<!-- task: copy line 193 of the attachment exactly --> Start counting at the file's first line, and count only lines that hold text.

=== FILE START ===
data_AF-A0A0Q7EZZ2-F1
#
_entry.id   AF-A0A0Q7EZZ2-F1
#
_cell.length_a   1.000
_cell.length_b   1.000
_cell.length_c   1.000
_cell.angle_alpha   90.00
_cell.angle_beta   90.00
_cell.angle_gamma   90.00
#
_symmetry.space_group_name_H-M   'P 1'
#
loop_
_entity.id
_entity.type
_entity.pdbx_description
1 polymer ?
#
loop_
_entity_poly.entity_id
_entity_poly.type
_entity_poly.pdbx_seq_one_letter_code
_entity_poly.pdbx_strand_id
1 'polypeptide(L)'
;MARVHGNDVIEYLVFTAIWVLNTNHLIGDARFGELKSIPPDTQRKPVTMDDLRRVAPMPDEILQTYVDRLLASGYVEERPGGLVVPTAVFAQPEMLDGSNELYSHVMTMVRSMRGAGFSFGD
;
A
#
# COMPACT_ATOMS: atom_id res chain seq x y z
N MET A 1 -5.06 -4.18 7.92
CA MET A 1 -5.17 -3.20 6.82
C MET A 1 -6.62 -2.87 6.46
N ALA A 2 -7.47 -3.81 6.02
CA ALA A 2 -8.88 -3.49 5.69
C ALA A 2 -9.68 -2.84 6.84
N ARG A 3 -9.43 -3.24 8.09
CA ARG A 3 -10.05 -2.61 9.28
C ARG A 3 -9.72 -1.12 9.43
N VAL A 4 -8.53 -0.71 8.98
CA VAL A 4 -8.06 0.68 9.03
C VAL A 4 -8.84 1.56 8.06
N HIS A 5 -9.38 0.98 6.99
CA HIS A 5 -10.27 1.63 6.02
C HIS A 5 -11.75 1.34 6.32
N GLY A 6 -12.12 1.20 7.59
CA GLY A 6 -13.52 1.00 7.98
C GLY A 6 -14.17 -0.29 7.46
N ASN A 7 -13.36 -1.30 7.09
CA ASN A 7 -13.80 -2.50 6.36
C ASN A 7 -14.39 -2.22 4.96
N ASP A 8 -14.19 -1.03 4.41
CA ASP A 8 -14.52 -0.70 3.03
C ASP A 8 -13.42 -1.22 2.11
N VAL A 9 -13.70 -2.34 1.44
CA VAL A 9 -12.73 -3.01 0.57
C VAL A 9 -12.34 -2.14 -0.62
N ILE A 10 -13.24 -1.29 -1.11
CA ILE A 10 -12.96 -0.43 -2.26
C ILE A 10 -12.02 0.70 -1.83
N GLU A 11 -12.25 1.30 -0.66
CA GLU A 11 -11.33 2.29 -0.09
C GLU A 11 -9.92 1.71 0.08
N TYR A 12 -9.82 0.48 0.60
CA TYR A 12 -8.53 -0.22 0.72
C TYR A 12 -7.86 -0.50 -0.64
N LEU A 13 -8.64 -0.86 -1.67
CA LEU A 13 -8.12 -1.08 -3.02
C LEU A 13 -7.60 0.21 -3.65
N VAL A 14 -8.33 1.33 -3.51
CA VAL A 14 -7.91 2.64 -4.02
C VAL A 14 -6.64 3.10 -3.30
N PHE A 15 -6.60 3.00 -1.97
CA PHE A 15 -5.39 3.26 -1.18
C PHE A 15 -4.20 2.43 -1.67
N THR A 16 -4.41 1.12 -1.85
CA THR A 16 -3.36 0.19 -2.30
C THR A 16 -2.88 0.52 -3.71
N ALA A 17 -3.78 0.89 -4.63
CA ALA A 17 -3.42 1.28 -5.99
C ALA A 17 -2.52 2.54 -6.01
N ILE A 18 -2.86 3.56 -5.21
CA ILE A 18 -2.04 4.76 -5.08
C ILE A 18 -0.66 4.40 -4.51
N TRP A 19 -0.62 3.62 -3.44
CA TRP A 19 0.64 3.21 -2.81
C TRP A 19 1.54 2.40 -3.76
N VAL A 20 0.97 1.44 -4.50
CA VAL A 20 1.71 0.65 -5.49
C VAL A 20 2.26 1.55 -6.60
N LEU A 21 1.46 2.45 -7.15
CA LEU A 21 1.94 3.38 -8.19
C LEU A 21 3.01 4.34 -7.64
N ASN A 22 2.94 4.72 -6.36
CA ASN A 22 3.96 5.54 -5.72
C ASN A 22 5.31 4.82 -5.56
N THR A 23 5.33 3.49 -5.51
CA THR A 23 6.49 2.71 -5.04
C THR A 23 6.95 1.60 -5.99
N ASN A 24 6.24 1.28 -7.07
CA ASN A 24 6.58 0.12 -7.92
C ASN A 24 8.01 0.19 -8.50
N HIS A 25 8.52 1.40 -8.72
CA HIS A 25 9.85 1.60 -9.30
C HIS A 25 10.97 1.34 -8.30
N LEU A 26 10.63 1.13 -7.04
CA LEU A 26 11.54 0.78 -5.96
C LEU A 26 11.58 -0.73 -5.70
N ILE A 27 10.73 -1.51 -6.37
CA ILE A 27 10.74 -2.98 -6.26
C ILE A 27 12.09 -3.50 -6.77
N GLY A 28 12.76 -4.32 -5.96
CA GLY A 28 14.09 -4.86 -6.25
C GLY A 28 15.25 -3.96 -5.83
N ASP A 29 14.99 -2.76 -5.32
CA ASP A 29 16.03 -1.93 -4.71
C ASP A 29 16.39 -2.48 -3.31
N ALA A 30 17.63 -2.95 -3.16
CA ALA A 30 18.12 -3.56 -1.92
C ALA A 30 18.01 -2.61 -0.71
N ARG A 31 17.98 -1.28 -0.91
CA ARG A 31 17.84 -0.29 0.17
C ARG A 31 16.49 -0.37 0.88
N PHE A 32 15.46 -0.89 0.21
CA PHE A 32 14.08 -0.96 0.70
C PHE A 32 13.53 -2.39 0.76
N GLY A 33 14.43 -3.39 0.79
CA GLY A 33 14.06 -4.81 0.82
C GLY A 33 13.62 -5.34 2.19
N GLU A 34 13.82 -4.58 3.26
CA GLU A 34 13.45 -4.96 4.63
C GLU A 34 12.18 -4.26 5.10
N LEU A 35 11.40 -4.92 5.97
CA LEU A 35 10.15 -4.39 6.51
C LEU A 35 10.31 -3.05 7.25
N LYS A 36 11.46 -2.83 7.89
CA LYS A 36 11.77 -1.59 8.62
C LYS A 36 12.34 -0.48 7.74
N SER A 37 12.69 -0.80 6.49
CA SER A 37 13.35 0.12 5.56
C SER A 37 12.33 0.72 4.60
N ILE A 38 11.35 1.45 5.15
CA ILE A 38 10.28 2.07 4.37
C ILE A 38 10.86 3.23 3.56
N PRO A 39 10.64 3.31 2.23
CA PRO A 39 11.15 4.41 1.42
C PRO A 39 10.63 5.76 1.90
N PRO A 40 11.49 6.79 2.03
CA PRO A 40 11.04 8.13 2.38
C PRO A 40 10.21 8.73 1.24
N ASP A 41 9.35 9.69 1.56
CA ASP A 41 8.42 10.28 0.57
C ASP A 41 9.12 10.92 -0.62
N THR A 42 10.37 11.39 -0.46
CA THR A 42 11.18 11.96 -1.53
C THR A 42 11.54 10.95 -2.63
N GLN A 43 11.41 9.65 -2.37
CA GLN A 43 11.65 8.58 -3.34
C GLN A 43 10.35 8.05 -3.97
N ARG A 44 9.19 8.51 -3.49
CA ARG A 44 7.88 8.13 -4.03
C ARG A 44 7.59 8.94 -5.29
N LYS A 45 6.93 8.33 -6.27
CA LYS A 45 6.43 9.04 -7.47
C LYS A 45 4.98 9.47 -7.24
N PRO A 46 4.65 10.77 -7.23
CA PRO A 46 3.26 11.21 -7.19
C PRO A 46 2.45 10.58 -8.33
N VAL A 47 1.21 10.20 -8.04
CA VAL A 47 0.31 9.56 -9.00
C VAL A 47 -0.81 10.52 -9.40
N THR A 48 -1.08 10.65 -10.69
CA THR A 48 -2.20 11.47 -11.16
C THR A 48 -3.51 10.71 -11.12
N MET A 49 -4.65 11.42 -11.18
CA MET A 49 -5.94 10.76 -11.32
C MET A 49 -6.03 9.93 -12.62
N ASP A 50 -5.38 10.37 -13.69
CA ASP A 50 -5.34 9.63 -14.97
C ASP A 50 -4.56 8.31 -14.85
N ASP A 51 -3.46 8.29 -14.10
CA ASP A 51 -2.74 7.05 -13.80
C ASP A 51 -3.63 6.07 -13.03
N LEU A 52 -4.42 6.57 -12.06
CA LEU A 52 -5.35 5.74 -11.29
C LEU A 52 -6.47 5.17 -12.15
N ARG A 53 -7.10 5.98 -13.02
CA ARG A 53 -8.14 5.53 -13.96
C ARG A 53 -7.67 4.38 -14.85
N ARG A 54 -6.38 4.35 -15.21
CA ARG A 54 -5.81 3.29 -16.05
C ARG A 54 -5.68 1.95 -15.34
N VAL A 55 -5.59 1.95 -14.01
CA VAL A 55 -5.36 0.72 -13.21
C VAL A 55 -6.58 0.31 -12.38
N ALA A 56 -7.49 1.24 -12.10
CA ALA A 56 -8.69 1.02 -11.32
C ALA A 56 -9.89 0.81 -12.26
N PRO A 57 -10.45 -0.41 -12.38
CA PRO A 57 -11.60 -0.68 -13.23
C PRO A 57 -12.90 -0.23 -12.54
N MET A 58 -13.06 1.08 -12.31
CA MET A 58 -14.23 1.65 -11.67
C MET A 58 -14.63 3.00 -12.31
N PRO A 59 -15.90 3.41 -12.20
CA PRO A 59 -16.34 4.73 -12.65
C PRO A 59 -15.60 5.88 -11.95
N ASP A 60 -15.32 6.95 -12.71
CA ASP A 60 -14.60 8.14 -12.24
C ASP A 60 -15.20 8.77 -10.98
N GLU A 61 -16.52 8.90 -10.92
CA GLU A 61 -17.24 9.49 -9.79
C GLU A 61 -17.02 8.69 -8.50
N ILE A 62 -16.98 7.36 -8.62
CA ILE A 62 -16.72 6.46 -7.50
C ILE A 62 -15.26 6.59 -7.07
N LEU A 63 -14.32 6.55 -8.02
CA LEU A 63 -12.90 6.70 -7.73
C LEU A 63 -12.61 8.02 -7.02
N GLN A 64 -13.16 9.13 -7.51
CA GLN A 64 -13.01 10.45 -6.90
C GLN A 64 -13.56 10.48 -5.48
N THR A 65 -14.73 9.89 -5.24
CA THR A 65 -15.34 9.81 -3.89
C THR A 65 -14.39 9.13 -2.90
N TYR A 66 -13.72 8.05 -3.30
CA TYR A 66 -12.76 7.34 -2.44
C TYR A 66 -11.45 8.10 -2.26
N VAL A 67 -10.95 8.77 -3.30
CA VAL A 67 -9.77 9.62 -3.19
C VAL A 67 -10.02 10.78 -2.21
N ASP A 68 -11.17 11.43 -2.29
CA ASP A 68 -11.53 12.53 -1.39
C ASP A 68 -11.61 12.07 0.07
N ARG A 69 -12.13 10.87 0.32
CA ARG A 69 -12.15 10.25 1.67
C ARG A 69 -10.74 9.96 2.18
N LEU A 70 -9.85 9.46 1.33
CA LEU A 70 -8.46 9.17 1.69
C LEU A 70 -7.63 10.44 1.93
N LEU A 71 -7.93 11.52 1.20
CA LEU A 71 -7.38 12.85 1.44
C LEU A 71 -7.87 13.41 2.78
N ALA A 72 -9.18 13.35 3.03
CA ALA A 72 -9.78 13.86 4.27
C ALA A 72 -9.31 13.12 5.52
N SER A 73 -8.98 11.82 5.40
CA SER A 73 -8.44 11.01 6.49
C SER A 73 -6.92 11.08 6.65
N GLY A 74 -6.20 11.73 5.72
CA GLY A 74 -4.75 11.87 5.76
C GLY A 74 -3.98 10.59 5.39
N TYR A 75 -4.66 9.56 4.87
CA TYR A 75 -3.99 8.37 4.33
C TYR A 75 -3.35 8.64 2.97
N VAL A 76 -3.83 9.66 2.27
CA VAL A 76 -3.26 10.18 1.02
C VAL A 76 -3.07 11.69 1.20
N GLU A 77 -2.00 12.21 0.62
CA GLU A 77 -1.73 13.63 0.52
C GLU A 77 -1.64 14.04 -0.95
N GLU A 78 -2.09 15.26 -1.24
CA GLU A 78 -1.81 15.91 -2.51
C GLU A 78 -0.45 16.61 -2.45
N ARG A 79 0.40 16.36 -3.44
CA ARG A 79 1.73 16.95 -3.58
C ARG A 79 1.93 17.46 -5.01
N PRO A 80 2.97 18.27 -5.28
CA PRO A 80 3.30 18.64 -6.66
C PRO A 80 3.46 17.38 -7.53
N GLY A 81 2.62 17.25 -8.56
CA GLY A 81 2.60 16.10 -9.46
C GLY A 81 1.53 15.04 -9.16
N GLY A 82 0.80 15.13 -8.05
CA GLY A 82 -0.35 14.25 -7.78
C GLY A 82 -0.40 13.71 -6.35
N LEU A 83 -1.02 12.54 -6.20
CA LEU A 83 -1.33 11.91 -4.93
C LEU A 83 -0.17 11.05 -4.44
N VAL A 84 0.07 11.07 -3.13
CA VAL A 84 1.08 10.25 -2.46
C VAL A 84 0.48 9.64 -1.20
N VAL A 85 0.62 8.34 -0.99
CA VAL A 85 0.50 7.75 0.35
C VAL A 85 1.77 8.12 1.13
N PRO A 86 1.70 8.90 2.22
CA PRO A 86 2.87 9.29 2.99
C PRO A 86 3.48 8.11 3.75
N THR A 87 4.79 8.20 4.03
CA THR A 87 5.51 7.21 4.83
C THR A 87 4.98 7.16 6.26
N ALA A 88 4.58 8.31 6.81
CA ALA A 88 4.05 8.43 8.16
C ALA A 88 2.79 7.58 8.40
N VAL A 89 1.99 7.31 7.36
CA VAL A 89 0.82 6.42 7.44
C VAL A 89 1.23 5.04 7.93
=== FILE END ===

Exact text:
N VAL A 55 -5.59 1.95 -14.01